Santa Barbara rampage victims mourned
Thousands have gathered to mourn six US students killed in a weekend rampage as California lawmakers proposed new ways of keeping guns out of the hands of disturbed killers.
"All died much too young but it's important that we do not let the arithmetic of this atrocity define them," University of California President Janet Napolitano told a packed crowd at the campus in Santa Barbara.
Each of the victims left a mark on the world and "as long as we hold them in our hearts, they are not gone," she said.
The school canceled classes and declared a day of mourning and reflection, four days after the shootings and stabbings in the Isla Vista community by 22-year-old community college student Elliot Rodger, who had posted an internet video outlining his plan to slaughter as many people as possible.
Richard Martinez, whose son, Christopher Michaels-Martinez, 20, died in the attacks, urged students to fight for tougher gun laws.
Rodger had legally obtained three semi-automatic handguns and still had 400 unspent rounds of ammunition when he shot himself to death, authorities said.
"They (politicians) have done nothing and that's why Chris died ... in my opinion," Martinez said.
"It's almost become a normal thing for us to accept this," he said, referring to mass-killings. "It's not normal...life doesn't have to be like this."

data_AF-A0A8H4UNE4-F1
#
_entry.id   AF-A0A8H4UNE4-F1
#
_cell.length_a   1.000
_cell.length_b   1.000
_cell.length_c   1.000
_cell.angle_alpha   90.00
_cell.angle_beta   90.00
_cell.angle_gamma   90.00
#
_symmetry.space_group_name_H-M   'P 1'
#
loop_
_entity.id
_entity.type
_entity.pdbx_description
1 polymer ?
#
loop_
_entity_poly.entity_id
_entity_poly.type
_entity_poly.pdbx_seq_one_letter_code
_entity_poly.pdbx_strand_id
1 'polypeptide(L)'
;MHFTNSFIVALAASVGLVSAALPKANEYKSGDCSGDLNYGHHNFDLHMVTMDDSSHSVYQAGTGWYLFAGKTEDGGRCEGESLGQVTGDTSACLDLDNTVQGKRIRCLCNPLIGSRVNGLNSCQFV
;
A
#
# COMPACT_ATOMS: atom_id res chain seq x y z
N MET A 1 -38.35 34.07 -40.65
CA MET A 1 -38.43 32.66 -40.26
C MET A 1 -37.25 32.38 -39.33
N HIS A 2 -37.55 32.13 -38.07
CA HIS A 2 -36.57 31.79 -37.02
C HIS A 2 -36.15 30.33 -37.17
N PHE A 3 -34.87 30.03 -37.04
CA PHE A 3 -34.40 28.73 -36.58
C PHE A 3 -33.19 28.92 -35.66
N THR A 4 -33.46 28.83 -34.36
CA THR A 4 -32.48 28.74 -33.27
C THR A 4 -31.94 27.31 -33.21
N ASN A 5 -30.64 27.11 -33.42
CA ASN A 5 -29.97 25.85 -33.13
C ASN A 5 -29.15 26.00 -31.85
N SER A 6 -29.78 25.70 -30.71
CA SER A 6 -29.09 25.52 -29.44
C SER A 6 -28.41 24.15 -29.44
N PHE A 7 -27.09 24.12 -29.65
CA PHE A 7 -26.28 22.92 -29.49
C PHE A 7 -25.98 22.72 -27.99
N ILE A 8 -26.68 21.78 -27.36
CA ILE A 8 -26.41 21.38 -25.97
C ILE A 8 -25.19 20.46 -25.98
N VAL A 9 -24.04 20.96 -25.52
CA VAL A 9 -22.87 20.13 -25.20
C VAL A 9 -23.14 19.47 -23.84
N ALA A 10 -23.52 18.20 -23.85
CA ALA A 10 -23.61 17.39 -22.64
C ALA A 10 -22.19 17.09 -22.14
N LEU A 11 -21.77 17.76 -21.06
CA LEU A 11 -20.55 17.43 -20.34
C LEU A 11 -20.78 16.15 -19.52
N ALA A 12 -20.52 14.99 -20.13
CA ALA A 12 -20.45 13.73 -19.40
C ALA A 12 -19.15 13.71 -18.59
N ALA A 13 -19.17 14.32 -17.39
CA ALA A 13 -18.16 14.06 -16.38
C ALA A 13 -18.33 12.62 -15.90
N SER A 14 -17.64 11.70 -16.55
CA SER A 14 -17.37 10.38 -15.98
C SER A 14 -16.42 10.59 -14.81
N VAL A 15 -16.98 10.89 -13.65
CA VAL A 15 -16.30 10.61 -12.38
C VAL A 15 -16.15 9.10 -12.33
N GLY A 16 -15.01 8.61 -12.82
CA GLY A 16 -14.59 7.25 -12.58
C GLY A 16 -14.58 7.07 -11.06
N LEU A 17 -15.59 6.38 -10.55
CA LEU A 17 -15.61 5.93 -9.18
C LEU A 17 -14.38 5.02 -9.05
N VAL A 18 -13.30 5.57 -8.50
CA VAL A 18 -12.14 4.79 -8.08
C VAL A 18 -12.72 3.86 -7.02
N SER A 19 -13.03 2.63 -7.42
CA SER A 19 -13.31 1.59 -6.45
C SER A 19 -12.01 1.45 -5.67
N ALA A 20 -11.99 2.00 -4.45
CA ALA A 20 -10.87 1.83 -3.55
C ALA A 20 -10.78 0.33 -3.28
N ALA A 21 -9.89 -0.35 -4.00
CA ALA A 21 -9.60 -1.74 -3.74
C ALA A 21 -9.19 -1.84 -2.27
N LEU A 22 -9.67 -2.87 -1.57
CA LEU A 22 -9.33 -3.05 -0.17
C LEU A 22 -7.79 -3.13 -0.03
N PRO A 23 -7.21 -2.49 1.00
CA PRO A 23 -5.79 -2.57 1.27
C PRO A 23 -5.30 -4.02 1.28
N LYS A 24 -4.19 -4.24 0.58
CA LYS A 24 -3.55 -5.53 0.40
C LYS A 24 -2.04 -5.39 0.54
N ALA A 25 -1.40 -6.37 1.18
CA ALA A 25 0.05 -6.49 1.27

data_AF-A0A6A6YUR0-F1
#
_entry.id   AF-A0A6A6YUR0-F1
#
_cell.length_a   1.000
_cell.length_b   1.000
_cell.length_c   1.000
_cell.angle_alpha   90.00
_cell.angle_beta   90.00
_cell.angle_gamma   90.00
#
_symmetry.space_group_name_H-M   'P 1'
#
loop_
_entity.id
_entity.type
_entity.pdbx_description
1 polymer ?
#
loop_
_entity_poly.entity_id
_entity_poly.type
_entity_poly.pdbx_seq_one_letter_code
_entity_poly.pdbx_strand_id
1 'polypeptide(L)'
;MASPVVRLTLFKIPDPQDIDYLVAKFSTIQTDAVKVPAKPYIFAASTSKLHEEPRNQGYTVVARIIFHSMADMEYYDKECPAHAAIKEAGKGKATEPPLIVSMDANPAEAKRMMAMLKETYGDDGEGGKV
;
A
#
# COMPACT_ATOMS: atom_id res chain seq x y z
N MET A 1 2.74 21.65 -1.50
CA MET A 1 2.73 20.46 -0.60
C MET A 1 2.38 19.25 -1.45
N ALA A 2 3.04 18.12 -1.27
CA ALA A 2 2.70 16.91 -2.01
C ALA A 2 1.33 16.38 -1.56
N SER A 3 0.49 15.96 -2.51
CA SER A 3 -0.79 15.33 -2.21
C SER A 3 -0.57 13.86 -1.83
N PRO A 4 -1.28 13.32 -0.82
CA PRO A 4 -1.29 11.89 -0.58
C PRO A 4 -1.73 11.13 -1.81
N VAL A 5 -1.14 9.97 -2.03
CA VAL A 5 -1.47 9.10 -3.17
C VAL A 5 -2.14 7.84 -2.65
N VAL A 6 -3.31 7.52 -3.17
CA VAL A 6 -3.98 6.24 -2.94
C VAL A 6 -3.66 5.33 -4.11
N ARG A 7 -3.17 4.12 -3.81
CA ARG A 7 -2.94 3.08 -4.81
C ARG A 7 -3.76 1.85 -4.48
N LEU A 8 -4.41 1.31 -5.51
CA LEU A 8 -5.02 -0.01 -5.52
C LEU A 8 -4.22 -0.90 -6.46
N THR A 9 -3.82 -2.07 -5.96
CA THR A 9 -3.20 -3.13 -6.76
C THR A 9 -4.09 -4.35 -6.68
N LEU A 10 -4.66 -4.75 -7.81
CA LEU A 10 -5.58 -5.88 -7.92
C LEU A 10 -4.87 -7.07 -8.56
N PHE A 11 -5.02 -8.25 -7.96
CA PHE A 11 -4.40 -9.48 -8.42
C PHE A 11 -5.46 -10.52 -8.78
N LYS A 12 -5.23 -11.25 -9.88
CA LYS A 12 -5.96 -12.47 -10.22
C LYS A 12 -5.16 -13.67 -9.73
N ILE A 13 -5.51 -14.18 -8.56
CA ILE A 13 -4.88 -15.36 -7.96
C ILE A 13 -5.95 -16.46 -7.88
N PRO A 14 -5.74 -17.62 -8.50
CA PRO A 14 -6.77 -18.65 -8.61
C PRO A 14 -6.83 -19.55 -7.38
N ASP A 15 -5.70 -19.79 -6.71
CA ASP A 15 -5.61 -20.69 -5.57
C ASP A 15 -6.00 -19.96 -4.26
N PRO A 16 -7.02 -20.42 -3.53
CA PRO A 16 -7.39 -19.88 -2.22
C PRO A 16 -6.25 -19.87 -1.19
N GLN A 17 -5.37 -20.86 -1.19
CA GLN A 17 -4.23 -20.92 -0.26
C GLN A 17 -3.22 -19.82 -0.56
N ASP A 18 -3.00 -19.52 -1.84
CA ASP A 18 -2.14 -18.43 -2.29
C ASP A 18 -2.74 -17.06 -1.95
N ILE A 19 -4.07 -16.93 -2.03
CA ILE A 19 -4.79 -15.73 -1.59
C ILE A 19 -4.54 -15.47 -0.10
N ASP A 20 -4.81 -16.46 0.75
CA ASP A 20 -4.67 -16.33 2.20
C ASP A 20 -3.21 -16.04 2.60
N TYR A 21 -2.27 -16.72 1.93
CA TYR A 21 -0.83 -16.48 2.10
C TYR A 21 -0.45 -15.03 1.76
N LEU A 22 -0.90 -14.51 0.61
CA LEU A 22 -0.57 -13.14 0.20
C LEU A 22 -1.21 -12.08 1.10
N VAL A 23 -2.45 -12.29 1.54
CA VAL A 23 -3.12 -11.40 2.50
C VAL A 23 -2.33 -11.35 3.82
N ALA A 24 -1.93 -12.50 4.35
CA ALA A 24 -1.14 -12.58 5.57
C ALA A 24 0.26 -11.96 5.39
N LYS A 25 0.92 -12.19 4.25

He got the crowd to repeatedly chant "Not one more," in reference to such massacres.
He also read statements from the families of two other slain students, Cheng Yuan Hong and Weihan Wang, both 20, in which they asked for prayers or blessings on the families of the victims and the killer.
"May we together create a peaceful world and let hatred be gone with the wind," the Hong family statement said.
Earlier, two California Assembly members proposed legislation that would create a gun violence restraining order that could be sought from a judge by law enforcement at the request of family members and friends.
"When someone is in crisis, the people closest to them are often the first to spot the warning signs but almost nothing can now be done to get back their guns or prevent them from buying more," said Assemblywoman Nancy Skinner, who sponsored the measure with Das Williams.
Currently, therapists can tell authorities when they fear a client is at risk of committing a violent act. However, there is no prohibition on firearms ownership unless someone has been involuntarily committed for mental health treatment.
The rampage came hours after Rodger emailed a lengthy manifesto to his parents, therapists and others, and a month after sheriff's deputies had visited him on a welfare check after his parents became concerned about his postings on YouTube.
The deputies found Rodger to be shy but polite and left without walking through the apartment or talking to anyone else.
Rodger later wrote in his manifesto that deputies would have found his weapons and foiled his plot if only they had done a bit more checking.